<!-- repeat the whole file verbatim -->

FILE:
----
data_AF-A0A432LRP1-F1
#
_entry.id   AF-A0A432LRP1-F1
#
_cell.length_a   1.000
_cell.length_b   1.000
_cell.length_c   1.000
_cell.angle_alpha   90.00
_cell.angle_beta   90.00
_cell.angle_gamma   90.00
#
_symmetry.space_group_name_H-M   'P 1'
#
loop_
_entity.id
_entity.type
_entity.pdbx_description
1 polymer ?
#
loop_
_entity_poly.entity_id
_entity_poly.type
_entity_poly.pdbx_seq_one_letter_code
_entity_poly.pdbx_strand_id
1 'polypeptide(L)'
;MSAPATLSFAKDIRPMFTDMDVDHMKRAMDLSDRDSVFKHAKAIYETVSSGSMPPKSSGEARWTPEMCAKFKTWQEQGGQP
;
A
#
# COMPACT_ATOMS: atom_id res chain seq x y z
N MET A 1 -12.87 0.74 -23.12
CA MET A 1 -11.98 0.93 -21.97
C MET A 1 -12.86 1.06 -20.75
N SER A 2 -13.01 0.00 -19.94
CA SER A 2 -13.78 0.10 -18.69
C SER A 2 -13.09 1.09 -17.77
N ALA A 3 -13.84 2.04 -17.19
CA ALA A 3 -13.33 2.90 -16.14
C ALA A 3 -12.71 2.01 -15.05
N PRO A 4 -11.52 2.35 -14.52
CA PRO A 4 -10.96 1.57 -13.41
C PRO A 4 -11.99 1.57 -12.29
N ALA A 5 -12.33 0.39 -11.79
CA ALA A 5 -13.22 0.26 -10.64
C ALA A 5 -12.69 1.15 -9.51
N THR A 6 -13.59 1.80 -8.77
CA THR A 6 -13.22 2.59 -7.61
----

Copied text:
data_AF-A0A432LRP1-F1
#
_entry.id   AF-A0A432LRP1-F1
#
_cell.length_a   1.000
_cell.length_b   1.000
_cell.length_c   1.000
_cell.angle_alpha   90.00
_cell.angle_beta   90.00
_cell.angle_gamma   90.00
#
_symmetry.space_group_name_H-M   'P 1'
#
loop_
_entity.id
_entity.type
_entity.pdbx_description
1 polymer ?
#
loop_
_entity_poly.entity_id
_entity_poly.type
_entity_poly.pdbx_seq_one_letter_code
_entity_poly.pdbx_strand_id
1 'polypeptide(L)'
;MSAPATLSFAKDIRPMFTDMDVDHMKRAMDLSDRDSVFKHAKAIYETVSSGSMPPKSSGEARWTPEMCAKFKTWQEQGGQP
;
A
#
# COMPACT_ATOMS: atom_id res chain seq x y z
N MET A 1 -12.87 0.74 -23.12
CA MET A 1 -11.98 0.93 -21.97
C MET A 1 -12.86 1.06 -20.75
N SER A 2 -13.01 0.00 -19.94
CA SER A 2 -13.78 0.10 -18.69
C SER A 2 -13.09 1.09 -17.77
N ALA A 3 -13.84 2.04 -17.19
CA ALA A 3 -13.33 2.90 -16.14
C ALA A 3 -12.71 2.01 -15.05
N PRO A 4 -11.52 2.35 -14.52
CA PRO A 4 -10.96 1.57 -13.41
C PRO A 4 -11.99 1.57 -12.29
N ALA A 5 -12.33 0.39 -11.79
CA ALA A 5 -13.22 0.26 -10.64
C ALA A 5 -12.69 1.15 -9.51
N THR A 6 -13.59 1.80 -8.77
CA THR A 6 -13.22 2.59 -7.61